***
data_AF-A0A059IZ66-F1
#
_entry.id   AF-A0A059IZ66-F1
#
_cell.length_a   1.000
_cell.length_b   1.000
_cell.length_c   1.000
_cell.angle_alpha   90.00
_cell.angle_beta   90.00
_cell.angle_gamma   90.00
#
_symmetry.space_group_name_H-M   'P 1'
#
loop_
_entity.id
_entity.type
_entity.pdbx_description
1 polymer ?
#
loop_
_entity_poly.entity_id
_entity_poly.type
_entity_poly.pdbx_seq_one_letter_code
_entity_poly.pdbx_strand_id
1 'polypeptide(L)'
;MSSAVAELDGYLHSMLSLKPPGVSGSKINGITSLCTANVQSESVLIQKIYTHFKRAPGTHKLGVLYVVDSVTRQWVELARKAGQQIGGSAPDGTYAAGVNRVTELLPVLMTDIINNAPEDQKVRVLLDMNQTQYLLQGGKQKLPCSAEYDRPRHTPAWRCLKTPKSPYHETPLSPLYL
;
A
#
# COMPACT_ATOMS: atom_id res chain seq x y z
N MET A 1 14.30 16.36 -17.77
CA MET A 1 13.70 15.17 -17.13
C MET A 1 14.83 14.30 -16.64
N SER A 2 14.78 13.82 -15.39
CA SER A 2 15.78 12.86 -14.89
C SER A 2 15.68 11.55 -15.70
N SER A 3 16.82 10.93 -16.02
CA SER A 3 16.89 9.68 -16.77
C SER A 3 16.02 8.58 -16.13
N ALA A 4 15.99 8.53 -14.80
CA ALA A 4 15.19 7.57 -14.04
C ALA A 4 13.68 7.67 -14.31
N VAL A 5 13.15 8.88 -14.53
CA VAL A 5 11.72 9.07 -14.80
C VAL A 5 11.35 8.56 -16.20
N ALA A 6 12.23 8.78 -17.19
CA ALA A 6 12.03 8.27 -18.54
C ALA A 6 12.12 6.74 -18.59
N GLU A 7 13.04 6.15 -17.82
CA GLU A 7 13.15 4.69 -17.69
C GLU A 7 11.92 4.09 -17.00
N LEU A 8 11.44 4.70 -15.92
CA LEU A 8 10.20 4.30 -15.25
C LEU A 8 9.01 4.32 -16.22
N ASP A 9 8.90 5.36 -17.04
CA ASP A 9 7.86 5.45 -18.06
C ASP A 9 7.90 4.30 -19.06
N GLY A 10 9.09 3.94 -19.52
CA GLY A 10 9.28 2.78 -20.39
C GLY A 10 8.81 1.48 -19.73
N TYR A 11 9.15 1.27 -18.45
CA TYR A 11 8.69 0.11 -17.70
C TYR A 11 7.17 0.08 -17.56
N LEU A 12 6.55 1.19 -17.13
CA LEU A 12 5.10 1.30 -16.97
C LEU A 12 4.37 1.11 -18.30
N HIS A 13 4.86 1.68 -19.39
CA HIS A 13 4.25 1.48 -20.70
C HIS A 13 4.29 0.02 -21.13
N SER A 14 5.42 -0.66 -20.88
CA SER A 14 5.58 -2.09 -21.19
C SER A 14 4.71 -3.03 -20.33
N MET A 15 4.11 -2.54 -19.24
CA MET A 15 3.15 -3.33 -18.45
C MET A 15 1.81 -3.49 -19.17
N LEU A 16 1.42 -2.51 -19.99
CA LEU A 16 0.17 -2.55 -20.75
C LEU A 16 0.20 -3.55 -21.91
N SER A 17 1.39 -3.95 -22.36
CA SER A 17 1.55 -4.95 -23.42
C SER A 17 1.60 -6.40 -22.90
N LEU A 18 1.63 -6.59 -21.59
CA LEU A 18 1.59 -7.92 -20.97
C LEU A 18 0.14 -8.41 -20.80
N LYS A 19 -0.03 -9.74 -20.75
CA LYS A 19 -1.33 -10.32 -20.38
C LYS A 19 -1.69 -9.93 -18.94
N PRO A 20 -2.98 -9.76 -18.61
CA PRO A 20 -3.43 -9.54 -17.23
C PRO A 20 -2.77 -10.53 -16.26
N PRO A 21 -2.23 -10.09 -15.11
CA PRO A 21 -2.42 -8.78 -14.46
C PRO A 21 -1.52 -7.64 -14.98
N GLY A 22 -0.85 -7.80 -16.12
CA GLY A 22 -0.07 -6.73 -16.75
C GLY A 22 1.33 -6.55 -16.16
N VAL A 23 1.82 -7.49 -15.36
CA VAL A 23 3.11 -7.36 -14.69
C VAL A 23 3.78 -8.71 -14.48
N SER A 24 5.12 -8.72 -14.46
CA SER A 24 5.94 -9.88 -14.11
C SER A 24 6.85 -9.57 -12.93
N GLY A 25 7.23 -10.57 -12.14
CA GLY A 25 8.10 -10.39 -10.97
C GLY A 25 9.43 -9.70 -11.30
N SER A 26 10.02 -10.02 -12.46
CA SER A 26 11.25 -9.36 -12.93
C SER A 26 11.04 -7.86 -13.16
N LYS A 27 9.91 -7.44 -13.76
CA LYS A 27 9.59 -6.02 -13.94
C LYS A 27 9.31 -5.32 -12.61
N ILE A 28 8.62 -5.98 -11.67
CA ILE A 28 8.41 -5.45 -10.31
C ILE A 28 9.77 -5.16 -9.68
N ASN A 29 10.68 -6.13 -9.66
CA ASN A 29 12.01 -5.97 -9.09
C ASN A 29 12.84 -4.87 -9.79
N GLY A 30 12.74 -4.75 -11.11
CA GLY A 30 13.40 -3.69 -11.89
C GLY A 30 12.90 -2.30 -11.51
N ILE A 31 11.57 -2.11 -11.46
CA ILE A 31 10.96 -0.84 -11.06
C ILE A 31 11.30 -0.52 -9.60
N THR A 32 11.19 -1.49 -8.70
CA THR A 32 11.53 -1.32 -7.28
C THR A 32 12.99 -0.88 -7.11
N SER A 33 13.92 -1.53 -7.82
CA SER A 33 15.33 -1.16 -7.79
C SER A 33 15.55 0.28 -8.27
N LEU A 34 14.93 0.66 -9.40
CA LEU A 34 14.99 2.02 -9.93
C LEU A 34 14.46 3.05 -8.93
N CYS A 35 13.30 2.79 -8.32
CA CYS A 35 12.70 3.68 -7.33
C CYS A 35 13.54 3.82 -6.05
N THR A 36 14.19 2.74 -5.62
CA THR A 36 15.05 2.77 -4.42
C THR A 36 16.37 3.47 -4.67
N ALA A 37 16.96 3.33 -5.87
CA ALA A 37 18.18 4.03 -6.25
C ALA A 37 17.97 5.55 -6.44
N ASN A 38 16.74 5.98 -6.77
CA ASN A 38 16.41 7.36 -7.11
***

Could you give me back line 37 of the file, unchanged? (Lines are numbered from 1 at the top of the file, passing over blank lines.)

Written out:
N SER A 3 16.82 10.93 -16.02